- Cooper, J. O., Heron, T. E., & Heward, W. L. (2007). Applied behavior analysis (2nd ed.). Upper Saddle River, NJ: Pearson Education.Google Scholar
- Cowburn, G., & Stockley, L. (2005). Consumer understanding and use of nutrition labelling: A systematic review. Public Health Nutrition, 8(1), 21–28. https://doi.org/10.1079/PHN2004666.
- Daniels, A. C. (1994). Bringing out the best in people. New York, NY: McGraw-Hill.Google Scholar
- Escaron, A. L., Meinen, A. M., Nitzke, S. A., & Martinez-Donate, A. P. (2013). Supermarket and grocery store-based interventions to promote healthful food choices and eating practices: A systematic review. Preventing Chronic Disease, 10, 120156. https://doi.org/10.5888/pcd10.120156.CrossRefGoogle Scholar
- Fagerstrom, A. (2010). The motivating effect of antecedent stimuli on the web shop: A conjoint analysis of the impact of antecedent stimuli at the point of online purchase. Journal of Organizational Behavior Management, 30(2), 199–220. https://doi.org/10.1080/01608061003756562.CrossRefGoogle Scholar
- Harnack, L. J., & French, S. A. (2008). Effect of point-of-purchase calorie labeling on restaurant and cafeteria food choices: A review of the literature. International Journal of Behavioral Nutrition and Physical Activity, 5(1), 51. https://doi.org/10.1186/1479-5868-5-51.CrossRefPubMedGoogle Scholar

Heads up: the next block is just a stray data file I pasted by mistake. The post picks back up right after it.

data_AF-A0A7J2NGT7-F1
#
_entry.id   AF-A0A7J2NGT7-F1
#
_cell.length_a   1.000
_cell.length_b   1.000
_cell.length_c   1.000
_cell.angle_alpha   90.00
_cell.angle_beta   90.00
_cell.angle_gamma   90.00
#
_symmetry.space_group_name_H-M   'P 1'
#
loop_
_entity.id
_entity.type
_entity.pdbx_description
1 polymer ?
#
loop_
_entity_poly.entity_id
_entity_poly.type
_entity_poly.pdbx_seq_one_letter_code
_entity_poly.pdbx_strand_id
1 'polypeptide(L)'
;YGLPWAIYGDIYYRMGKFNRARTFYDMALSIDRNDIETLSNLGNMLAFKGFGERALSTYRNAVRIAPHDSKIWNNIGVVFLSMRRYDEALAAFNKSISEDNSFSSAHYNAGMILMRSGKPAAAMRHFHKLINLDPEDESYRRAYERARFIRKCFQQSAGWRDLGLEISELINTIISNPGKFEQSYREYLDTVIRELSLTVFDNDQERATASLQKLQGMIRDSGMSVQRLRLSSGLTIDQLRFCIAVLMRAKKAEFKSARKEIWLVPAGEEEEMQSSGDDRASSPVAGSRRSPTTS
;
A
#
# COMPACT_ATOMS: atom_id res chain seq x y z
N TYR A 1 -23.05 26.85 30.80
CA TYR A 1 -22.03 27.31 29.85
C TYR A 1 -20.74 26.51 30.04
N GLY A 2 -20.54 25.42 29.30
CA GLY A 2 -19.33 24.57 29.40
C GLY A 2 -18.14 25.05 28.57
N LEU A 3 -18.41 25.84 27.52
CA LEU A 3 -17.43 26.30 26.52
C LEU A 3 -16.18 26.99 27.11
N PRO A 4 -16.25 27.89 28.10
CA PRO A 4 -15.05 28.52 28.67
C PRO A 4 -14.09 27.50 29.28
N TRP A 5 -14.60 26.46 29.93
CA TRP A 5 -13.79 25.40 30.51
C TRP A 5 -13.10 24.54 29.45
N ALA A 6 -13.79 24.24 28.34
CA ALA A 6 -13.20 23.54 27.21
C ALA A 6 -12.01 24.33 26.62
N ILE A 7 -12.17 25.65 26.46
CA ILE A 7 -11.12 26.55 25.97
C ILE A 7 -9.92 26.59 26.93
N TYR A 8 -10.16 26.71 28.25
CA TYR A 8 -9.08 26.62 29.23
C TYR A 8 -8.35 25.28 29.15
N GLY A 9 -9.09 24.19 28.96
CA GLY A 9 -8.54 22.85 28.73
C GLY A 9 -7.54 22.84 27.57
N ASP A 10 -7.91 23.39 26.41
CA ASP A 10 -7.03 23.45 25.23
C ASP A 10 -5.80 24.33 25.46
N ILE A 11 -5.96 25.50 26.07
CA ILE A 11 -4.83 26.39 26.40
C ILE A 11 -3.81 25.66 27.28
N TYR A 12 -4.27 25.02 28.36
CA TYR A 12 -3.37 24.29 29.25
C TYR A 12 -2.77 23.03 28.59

- Herman, D. R., Harrison, G. G., Abdelmonem, A. A., & Jenks, E. (2008). Effect of a targeted subsidy on intake of fruits and vegetables among low-income women in the special supplemental nutrition program for women, infants, and children. American Journal of Public Health, 98(1), 98–105.CrossRefPubMedPubMedCentralGoogle Scholar
- Herrnstein, R. J., Rachlin, H., & Laibson, D. I. (1997). The matching law: Papers in psychology and economics. Cambridge, MA: Harvard University Press.Google Scholar
- Johnson, B. M., Miltenberger, R. G., Egemo-Helm, K., Jostad, C. M., Flessner, C., & Gatheridge, B. (2005). Evaluation of behavioral skills training for teaching abduction-prevention skills to young children. Journal of Applied Behavior Analysis, 38(1), 67–78. https://doi.org/10.1901/jaba.2005.26-04.CrossRefPubMedPubMedCentralGoogle Scholar
- Larson, N., & Story, M. (2009). Menu labeling: Does providing nutrition information at the point of purchase affect consumer behavior? Minneapolis, MN: Healthy Eating Research Retrieved from http://healthyeatingresearch.org/wp-content/uploads/2013/12/HER-Menu-Labeling-Brief-06-29-09-FINAL.pdf.Google Scholar
- Miltenberger, R. G. (2016). Behavior modification: Principles and procedures (6th ed.). Boston, MA: Cengage Learning.Google Scholar